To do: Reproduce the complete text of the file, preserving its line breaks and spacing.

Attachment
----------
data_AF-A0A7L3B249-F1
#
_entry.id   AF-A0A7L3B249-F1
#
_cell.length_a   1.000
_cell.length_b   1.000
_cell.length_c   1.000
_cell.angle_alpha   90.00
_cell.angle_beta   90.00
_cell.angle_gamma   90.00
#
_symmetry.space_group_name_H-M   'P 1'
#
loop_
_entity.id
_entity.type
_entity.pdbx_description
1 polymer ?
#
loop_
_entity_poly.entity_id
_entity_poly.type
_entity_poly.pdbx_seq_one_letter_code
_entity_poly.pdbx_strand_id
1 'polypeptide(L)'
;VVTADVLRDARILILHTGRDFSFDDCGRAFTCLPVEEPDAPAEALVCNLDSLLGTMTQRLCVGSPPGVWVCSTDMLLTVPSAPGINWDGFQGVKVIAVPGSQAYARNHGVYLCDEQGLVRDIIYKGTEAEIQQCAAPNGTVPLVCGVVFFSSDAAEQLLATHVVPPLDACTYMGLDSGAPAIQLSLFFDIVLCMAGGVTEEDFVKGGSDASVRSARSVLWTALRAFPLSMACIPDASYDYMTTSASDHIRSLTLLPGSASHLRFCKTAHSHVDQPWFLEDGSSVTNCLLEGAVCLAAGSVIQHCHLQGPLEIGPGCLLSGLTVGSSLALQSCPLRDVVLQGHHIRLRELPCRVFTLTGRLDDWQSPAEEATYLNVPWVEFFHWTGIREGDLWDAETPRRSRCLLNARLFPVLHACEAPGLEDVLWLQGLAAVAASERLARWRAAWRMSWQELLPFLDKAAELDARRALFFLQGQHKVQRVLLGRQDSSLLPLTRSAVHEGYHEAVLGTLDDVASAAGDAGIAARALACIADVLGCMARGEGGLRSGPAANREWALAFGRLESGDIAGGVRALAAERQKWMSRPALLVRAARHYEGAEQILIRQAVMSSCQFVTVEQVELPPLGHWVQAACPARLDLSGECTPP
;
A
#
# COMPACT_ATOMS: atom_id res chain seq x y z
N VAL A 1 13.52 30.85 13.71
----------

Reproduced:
data_AF-A0A7L3B249-F1
#
_entry.id   AF-A0A7L3B249-F1
#
_cell.length_a   1.000
_cell.length_b   1.000
_cell.length_c   1.000
_cell.angle_alpha   90.00
_cell.angle_beta   90.00
_cell.angle_gamma   90.00
#
_symmetry.space_group_name_H-M   'P 1'
#
loop_
_entity.id
_entity.type
_entity.pdbx_description
1 polymer ?
#
loop_
_entity_poly.entity_id
_entity_poly.type
_entity_poly.pdbx_seq_one_letter_code
_entity_poly.pdbx_strand_id
1 'polypeptide(L)'
;VVTADVLRDARILILHTGRDFSFDDCGRAFTCLPVEEPDAPAEALVCNLDSLLGTMTQRLCVGSPPGVWVCSTDMLLTVPSAPGINWDGFQGVKVIAVPGSQAYARNHGVYLCDEQGLVRDIIYKGTEAEIQQCAAPNGTVPLVCGVVFFSSDAAEQLLATHVVPPLDACTYMGLDSGAPAIQLSLFFDIVLCMAGGVTEEDFVKGGSDASVRSARSVLWTALRAFPLSMACIPDASYDYMTTSASDHIRSLTLLPGSASHLRFCKTAHSHVDQPWFLEDGSSVTNCLLEGAVCLAAGSVIQHCHLQGPLEIGPGCLLSGLTVGSSLALQSCPLRDVVLQGHHIRLRELPCRVFTLTGRLDDWQSPAEEATYLNVPWVEFFHWTGIREGDLWDAETPRRSRCLLNARLFPVLHACEAPGLEDVLWLQGLAAVAASERLARWRAAWRMSWQELLPFLDKAAELDARRALFFLQGQHKVQRVLLGRQDSSLLPLTRSAVHEGYHEAVLGTLDDVASAAGDAGIAARALACIADVLGCMARGEGGLRSGPAANREWALAFGRLESGDIAGGVRALAAERQKWMSRPALLVRAARHYEGAEQILIRQAVMSSCQFVTVEQVELPPLGHWVQAACPARLDLSGECTPP
;
A
#
# COMPACT_ATOMS: atom_id res chain seq x y z
N VAL A 1 13.52 30.85 13.71